mark at twoshortplanks.com
Thu Jan 14 14:16:22 GMT 2010
On Wed, Jan 13, 2010 at 3:16 PM, Philip Newton <philip.newton at gmail.com> wrote:
> Along those lines, you may wish to store the filesize in bytes in your
> database as well, as a first point of comparison; if the filesize is
> unique, then the file must also be unique and you could save yourself
> the time spent calculating a digest of the file's contents -- no
> 1058-byte file can be the same as any 1927-byte file.
This is only possible if you've still got all the pdfs on disk, as as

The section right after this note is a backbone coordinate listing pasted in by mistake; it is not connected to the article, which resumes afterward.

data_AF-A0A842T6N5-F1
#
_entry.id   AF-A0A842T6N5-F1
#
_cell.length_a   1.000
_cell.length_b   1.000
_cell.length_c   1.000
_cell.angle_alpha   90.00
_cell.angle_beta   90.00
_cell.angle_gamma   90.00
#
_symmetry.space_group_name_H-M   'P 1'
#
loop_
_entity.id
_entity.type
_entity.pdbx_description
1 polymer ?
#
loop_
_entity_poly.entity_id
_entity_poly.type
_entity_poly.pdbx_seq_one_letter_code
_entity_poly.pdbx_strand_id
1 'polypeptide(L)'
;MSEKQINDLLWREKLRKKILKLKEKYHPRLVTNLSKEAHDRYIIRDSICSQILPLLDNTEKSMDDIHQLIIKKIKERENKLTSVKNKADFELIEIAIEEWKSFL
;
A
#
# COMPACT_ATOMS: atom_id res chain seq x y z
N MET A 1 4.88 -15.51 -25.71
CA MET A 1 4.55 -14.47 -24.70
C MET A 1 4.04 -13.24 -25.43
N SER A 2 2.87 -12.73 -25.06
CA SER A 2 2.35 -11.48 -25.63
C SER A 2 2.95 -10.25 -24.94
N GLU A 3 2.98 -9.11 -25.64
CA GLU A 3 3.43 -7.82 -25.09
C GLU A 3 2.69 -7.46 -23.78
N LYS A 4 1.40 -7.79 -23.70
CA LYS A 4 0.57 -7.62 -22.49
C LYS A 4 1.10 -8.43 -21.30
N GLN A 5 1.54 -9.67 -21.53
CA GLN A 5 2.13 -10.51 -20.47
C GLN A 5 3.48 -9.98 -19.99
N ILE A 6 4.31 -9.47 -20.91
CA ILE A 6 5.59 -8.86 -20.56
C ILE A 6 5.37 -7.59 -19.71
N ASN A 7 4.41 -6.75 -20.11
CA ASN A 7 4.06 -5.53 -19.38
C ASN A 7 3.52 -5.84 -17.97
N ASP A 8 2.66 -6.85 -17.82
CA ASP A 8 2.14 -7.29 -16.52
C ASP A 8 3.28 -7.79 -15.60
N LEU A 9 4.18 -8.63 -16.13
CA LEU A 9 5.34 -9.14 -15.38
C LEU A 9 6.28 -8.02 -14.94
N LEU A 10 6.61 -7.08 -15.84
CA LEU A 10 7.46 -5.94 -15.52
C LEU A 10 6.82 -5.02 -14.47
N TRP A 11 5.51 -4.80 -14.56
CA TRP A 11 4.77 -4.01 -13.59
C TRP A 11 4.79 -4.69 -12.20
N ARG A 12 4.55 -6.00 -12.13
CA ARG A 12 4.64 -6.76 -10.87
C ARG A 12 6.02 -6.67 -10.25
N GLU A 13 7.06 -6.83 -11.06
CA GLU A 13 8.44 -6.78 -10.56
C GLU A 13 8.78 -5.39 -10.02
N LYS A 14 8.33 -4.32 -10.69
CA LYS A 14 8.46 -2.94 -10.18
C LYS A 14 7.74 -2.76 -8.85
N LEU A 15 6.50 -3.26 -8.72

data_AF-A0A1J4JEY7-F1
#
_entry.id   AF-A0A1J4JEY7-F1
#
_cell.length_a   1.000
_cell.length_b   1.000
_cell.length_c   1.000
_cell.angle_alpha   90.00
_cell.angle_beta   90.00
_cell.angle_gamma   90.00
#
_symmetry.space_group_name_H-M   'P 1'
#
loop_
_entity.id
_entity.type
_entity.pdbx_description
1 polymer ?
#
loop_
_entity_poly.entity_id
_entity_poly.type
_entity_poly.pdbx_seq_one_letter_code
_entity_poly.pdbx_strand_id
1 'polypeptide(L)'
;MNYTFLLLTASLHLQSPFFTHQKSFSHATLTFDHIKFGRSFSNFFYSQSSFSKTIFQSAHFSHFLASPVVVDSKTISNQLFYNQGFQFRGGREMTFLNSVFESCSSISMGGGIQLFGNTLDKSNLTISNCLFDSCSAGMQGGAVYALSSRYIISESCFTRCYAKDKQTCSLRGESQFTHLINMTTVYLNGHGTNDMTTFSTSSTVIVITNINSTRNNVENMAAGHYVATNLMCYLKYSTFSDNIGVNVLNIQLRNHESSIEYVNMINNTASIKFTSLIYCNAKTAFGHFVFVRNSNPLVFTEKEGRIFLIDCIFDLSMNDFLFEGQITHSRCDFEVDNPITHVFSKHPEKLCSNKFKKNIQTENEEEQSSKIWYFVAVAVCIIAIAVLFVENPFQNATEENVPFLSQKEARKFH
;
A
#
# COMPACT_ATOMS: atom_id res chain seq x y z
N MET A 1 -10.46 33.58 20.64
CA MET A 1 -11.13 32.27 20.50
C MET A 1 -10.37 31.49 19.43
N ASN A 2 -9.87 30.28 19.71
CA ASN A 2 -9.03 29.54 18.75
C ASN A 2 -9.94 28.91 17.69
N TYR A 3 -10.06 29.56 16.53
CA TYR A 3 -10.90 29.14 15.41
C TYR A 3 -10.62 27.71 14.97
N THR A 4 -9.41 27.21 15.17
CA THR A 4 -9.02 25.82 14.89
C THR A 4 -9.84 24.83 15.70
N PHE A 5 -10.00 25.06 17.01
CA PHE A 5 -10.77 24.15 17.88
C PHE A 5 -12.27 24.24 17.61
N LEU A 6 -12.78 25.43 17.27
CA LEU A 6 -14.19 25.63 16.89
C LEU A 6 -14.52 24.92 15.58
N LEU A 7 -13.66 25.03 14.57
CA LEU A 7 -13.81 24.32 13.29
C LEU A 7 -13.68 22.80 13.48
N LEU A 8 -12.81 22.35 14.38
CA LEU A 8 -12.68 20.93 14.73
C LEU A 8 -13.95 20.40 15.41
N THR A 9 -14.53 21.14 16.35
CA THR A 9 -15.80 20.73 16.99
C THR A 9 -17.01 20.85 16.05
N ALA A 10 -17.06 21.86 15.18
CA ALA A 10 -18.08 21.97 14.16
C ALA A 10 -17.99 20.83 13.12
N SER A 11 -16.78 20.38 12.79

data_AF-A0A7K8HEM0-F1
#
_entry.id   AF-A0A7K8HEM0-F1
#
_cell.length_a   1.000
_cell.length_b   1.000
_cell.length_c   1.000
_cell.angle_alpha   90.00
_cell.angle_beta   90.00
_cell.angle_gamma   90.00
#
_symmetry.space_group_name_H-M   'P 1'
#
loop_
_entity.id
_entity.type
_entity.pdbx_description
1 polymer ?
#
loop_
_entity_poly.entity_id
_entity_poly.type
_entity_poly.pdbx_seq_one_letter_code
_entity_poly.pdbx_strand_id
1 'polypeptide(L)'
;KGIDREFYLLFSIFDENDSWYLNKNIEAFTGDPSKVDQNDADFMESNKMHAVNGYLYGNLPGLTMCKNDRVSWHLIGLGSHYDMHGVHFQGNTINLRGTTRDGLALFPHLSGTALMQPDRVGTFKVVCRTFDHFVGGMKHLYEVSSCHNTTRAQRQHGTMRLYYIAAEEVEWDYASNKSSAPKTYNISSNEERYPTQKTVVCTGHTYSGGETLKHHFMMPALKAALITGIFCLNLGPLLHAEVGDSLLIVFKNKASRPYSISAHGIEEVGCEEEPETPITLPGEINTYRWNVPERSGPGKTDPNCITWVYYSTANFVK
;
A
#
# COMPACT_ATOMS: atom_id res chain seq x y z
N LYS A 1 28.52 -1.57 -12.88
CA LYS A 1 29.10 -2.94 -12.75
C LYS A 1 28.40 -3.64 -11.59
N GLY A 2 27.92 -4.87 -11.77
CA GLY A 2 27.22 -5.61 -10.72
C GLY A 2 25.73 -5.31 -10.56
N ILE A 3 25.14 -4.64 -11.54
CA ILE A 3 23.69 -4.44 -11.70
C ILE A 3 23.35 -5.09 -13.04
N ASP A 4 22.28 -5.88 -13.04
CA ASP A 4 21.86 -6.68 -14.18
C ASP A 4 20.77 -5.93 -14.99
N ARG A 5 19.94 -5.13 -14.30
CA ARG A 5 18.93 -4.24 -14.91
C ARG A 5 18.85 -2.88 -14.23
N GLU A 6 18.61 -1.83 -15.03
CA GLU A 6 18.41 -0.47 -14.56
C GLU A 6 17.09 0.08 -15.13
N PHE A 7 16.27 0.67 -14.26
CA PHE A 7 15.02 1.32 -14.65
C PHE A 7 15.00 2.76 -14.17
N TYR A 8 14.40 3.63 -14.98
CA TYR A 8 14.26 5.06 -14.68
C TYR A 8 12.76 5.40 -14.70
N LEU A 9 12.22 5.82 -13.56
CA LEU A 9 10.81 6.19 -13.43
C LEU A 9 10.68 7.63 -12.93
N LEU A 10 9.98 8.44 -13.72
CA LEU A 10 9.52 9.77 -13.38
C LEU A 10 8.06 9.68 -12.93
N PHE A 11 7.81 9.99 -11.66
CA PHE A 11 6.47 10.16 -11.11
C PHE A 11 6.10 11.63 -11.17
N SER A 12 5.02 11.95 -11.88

soon as you get your suspected duplicate you'll have to hash both
files' contents to tell if you have or not. If you've sent them onto
a better place and deleted them however, then you're out of luck.
I'd just use Digest::MD5 to calculate the filesize. It's cheap
compared to SHA, you don't care about the exact cryptographic security
of the hash, and will work even if you don't have the original to
my $filename = shift;
open my $fh, "<:bytes", $filename;
my $md5 = Digest::MD5->new;
say "The file's md5 is: " .$md5->b64digest;
Don't forget the "<:bytes" (you're comparing bytes, not characters).
Once you've got a toy version up and running and you can get a "feel"
for how fast it is on your system, you can optimise if you don't like
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